If you are an active member of a gym or fitness facility, highly recommend asking their group fitness director what is required to teach at that facility. This will set a starting point and also let the director know that you interested in teaching future classes.
For certifications, there is an overarching umbrella that sets the standard of excellence in this particular area and this falls under the National Commission for Certifying Agencies (NCCA). Some of the most popular certifications include:
- American Council of Exercise (ACE)
- American College of Sports Medicine (ACSM)
- Athletics and Fitness Association of America (AFAA)
- National Exercise Trainers Association (NETA)
For me, I needed a course that had a structured learning pathway to prepare me for the exam. After researching the different available certifications, I went with the AFAA exam. If there is an interest in my experience with AFAA, I will create another blog on my experience on studying for and taking the exam (tell me in the comments if you want this).
I highly recommend getting a group fitness certification as it provides information on how to safely lead a group fitness class. As the person leading the group, you are responsibly for their safety and want to ensure that a certain move or exercise is being performed appropriately. This also includes creating a class that is for the fitness level that is taking the class.
Many of the specific types of classes like CrossFit and Spin will also have their own specific certifications.
This leads us to the topic of branding vs. license vs. franchise.
Many of the very specific types of classes will require training to teach the course. This is commonly seen with Zumba, Dance Fitness, Les Mills, etc. As these specific classes are about branding a certain type of class, they will require training (online or in-person), usually a demo or exam, and continued education moving forward.
Many of these types of classes will have specific choreographed moves that are prepared by the company for the instructor.
How to get your first job
Start with the gym or fitness studio that you are currently attending to see if they have a need for an instructor. Many times, a location is looking to add to their team and they will help with finding a training course (and sometimes even help pay for it).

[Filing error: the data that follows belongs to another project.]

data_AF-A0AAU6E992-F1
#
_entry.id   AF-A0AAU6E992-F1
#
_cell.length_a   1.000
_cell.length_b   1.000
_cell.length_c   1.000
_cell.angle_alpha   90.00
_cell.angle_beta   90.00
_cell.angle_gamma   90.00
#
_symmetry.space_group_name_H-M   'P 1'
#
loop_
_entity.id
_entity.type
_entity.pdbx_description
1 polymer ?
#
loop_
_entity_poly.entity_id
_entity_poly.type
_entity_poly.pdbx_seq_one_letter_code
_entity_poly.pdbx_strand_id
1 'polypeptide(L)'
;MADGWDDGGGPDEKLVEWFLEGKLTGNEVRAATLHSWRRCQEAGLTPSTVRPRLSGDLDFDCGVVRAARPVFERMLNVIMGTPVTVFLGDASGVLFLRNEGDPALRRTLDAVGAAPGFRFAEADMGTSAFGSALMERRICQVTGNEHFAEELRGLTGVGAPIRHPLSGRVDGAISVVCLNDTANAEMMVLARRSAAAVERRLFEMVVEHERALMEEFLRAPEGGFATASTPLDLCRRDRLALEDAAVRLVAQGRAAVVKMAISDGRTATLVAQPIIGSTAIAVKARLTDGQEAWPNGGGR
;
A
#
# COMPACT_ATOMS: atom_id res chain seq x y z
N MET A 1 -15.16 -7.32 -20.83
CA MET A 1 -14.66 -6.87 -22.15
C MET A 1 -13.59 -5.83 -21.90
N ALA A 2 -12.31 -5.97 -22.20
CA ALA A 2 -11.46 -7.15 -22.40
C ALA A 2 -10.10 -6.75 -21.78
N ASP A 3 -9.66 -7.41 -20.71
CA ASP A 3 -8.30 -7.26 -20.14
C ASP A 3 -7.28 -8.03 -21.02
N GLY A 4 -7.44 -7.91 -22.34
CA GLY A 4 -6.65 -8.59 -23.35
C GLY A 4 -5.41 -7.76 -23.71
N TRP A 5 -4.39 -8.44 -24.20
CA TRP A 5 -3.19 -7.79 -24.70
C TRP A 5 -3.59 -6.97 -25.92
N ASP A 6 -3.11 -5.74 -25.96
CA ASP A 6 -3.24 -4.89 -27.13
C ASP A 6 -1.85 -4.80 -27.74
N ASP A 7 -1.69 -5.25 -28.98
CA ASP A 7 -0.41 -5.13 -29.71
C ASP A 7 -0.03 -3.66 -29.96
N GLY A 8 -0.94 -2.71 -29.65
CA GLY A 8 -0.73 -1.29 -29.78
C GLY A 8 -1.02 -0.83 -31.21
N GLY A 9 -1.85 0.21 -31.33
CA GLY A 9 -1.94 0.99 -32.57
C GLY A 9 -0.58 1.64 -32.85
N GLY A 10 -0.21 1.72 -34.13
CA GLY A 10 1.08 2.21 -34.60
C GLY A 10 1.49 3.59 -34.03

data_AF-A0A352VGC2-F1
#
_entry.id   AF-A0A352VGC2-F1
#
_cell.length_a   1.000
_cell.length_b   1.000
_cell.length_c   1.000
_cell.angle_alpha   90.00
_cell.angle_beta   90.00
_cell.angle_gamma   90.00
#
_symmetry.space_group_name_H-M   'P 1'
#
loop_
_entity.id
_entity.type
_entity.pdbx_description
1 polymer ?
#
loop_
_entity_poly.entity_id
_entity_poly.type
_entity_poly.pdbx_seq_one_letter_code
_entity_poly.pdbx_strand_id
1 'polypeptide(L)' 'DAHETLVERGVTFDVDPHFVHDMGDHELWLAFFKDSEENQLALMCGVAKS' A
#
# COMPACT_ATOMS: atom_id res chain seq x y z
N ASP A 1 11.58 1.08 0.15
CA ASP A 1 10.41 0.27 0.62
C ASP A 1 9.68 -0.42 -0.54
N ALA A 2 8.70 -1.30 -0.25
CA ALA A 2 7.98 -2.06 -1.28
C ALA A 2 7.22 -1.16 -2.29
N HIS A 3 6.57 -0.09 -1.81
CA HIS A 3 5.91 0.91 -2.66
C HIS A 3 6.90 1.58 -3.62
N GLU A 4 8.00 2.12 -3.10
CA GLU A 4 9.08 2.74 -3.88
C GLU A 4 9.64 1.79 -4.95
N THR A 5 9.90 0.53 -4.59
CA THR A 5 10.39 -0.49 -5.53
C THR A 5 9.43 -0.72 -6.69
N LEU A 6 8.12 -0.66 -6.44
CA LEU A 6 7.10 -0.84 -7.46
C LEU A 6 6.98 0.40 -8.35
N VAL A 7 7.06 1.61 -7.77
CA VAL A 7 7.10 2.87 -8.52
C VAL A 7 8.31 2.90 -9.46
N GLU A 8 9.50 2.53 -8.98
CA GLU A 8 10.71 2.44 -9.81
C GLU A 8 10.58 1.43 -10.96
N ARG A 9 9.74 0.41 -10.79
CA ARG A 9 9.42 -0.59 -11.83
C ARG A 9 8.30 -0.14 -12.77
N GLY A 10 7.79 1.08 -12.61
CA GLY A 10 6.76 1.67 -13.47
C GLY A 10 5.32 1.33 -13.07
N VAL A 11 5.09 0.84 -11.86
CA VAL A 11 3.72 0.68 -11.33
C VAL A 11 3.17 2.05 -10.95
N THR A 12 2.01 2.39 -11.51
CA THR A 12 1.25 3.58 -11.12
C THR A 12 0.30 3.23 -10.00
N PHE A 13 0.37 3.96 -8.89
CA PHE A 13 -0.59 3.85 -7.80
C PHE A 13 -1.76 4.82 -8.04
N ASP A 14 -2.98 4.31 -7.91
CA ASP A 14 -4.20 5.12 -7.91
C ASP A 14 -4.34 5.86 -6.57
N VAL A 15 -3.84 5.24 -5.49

Group fitness instructor positions are also posted on job boards, facebook groups, and employment type communications. If you are interested in teaching at a large gym (or the YMCA), I would recommend going to their website and reviewing the open positions.
The great thing about seeing a job posting for a group fitness instructor is that you can see exactly what the requirements are for the job.
Create a resume that the main focus is on the specific job that you are applying for. For many, teaching group fitness will be a part-time position and will have a different position as their main source of income. When writing the resume for a group fitness position, re-write it to be specific to the group fitness perspective vs. your main career path.
For group fitness, many of the positions that I have held have been word of mouth and by reaching out to the owner/manager of a specific fitness facility.
I have found that many places are actively looking for instructors and will want to sit down and talk with you. Don’t be surprised if they ask you for a demo video or have you come in to lead a demo class. They want to see your teaching style, method, and if you will be a good fit for their facility.
How much can you make as a group fitness instructor?
I headed over to the U.S. Bureau of Labor Statistics to get us numbers on the average pay and the number of jobs. The most current data is for 2019 but it does still give us a quick peek into this industry
|2019 Median Pay||$40, 390/year $19.42/hour|
|Typical Entry-Level education||High School Diploma or equivalent|
|Work Experience in a Related Occupation||None|
|Number of Jobs, 2019||373,700|
|Job Outlook||15% (much faster than average)|
Wrapping this one up!
One good piece of advice that was given to me was to start talking with other group fitness instructors. The amount of knowledge that a seasoned instructor has is HUGE and they will have specific talking points about the class format that you are thinking about.
They will be your best source of information for upcoming trainings, how to get a position at a particular gym, and most importantly, someone to train and learn from.
Is there a certain type of class format that you would like more information about? Tell me below.